The program write-up is available here.
We were honored to be the 2017 organizational recipient of the Make A Difference Award presented by the Henry Beauchamp Community Center of Yakima at their award dinner on October 26, 2017.
The program write-up is available here.
Fighting hunger is more than one individual or organization can do on its own. The story of Yakima Rotary Food Bank is one of cooperation and pooling of resources to fight hunger and provide nutrition for a healthier Yakima.
The overall intent of this blog is to provide a record of the individuals and organizations of the City of Yakima and elsewhere who have joined us in our cause and those in other communities with which we have joined to make our efforts stronger.
We hope you find our posts informative, entertaining, and challenging. Please dialogue with us by comments to our posts or by sharing on social media.
The Food Research and Action Center (FRAC) has published a research brief entitled, Understanding the Connections: Food Insecurity and Obesity. The brief cites extensive research (There are 95 endnote citations).
It reports on the following common items often associated with both food insecurity and obesity:
It concludes "That food insecurity and obesity can co-exist and are significantly associated in some studies does not necessarily mean they are causally linked to each other."
The key takeaway for me is that food insecurity leads to poor health, obesity leads to poor health, the combination of both leads to even poorer health.
The American Academy of Pediatrics (AAP) agrees with us that nutrition leads to health.
Allison Aubrey reports on National Public Radio that the AAP is now recommending that pediatricians screen all children for food insecurity. Reasons for doing so include:
Annually, the United States Department of Agriculture (USDA) reports on food insecurity and hunger in America. Shortly thereafter, Children's Alliance analyses that data and produces its own report.
This year's Children's Alliance report is available for download at http://www.childrensalliance.org/sites/default/files/Hungry_in_Washington_2015.pdf.
Key takeaways from this report are that hungry families are not experiencing an economic recovery and that households with children experience greater hunger and food insecurity than other households.
(My unofficial differentiation between food insecurity and hunger is that people facing food insecurity are not sure where their next meal is coming from and people with hunger discovered that their next meal did not come and they actually had to skip it.)
There are a number of factors impacting food insecurity according to the USDA. Among these are low wages, high housing costs, moving frequently, a high tax burden on low-income households, and low rates of participation in federal food programs. Washington has been ranked 50th out of the states for its regressive tax structure, 37th in reaching low-income children with summer nutrition, and 43rd in reaching low-income students with school breakfast. Yakima County has relatively low wages and high housing costs.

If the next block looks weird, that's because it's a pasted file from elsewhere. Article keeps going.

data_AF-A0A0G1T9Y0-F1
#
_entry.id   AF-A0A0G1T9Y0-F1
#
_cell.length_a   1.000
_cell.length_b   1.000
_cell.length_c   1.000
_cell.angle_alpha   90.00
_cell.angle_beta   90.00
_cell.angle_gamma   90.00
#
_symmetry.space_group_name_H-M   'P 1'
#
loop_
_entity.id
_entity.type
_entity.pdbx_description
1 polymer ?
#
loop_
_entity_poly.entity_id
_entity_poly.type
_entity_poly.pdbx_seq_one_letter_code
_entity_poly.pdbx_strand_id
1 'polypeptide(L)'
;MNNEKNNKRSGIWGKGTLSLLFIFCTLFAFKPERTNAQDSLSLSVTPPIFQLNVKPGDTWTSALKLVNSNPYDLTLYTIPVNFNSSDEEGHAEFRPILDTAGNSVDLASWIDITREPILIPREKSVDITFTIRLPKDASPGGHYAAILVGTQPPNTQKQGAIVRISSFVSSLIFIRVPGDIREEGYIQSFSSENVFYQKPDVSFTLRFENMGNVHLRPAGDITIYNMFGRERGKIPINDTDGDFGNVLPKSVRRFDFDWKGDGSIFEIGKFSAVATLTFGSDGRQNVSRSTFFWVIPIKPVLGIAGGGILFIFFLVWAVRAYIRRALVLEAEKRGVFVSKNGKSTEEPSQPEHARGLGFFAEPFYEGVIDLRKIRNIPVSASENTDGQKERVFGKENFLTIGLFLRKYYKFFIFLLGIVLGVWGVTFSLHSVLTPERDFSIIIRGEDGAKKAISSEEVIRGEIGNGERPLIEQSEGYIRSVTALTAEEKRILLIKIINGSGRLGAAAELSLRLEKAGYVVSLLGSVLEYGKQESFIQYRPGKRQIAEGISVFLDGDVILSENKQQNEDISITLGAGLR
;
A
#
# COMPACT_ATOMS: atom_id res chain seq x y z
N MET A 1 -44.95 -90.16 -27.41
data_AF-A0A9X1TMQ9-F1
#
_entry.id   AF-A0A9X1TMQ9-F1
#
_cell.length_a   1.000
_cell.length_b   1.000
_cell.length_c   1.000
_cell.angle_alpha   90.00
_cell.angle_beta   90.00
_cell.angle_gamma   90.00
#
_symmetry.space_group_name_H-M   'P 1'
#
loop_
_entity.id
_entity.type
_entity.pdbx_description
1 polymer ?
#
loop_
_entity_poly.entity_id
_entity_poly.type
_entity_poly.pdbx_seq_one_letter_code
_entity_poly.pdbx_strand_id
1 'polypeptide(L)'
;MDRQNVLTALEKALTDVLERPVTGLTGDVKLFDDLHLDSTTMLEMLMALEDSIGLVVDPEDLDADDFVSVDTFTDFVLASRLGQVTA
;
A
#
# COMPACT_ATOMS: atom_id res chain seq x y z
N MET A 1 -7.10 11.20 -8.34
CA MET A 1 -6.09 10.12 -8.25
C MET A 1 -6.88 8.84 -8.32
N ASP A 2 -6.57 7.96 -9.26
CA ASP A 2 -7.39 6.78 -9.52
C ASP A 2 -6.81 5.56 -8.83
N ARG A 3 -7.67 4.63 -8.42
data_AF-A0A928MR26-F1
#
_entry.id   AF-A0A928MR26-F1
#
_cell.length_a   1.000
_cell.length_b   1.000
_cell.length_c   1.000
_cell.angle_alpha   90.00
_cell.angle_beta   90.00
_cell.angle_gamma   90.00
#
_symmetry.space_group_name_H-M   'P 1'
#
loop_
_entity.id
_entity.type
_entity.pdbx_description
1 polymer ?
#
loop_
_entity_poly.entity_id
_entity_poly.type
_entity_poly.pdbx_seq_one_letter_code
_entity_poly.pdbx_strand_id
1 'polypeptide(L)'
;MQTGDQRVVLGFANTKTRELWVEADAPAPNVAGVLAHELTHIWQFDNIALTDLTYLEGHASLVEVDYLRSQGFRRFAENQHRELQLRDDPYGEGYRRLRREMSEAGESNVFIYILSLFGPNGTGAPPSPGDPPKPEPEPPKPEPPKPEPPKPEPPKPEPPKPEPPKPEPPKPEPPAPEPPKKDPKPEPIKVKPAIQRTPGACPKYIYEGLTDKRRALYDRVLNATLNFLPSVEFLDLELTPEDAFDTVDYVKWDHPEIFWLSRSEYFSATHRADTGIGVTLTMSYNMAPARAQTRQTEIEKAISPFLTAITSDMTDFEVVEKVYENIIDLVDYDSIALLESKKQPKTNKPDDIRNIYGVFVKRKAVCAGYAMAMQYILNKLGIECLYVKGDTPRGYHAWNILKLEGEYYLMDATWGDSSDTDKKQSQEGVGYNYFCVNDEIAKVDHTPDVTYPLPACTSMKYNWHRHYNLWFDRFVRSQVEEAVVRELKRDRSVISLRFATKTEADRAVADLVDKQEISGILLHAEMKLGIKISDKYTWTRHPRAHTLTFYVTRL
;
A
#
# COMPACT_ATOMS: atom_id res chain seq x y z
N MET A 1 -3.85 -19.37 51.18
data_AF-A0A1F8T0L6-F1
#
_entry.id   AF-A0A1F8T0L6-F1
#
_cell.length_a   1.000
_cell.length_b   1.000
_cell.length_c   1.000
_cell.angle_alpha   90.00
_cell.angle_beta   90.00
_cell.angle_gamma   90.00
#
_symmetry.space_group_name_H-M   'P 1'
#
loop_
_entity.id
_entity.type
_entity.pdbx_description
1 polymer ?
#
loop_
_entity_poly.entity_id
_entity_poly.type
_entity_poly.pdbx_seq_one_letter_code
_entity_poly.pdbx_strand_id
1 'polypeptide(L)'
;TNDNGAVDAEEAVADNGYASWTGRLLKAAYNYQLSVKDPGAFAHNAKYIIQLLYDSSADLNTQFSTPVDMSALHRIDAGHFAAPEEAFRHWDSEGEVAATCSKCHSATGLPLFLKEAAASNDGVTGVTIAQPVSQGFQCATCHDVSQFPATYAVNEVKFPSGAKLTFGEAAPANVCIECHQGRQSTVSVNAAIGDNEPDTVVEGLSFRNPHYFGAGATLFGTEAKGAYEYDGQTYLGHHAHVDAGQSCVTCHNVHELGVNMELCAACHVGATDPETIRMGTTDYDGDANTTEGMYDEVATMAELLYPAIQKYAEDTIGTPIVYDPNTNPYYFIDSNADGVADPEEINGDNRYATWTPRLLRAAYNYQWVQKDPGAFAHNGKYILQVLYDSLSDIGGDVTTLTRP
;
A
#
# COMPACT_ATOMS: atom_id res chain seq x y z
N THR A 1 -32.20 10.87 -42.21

Currently, Washington ranks 28th among the states for food insecurity (13.7% or just under 1 in 8 households) and 23rd among the states for hunger (5.5% or about 1 in 18 households).
Hunger and food insecurity are major problems, only temporarily and partially relieved by organizations such as us. Children's Alliance has recommendations for government action. We concur in those recommendations but also encourage methods to increase wages, reduce housing costs, increase community stability, and promote a more progressive tax structure.
From the Yakima Valley Sun, Thursday April 21, 1977 -
"The [Yakima Rotary] Food Bank was started in 1971. The committee that planned the Food Bank included representatives from Department of Social and Health Services, Southeast Community Center, St. Vincent DePaul, the American Red Cross, The Salvation Army and the Council of Churches. There was mutual concern felt regarding the need for all of us to join our resources in order to help people in need of food and coordinate planning to avoid duplication. Our information indicated that income for many - some of the older people particularly - is inadequate to keep up with increasing higher expenses, with the result that less money is available for food."
Thus, from the beginning, we were organized to meet a community need using community resources and organizations.
My personal involvement with the Yakima Rotary Food Bank did not begin until 1994. However, my wife and I were active in the anti-hunger movement in 1971. This was a time of consolidation of anti-hunger efforts. In the 1960's and prior, many churches had food pantries, literally in pantries. Food was gathered by members or purchased from pastor's discretionary funds and given to those who presented themselves in need. People needing food would go from church to church until they gathered the food they needed. This was expensive in terms of gas and time to the persons seeking the food and expensive to providers because there were no benefits of scale. Joining resources made a lot of sense.
This was also a time when food assistance was thought to be primarily for temporary emergencies, such as the loss of a job before benefits began, or an unexpected car repair, medical payment, or similar expense. It was unusual for organizations in 1971 to realize that there was structural hunger - caused by inadequate income to keep up with increasing higher expenses.
From our beginning 44 years ago, we have tried to mobilize resources to help people in need of food. Future posts will deal with some of our challenges and some of our successes.
Yakima Rotary Food Bank has been involved in the anti-hunger movement since 1971. These posts represent the views of Earl Hall, former Treasurer.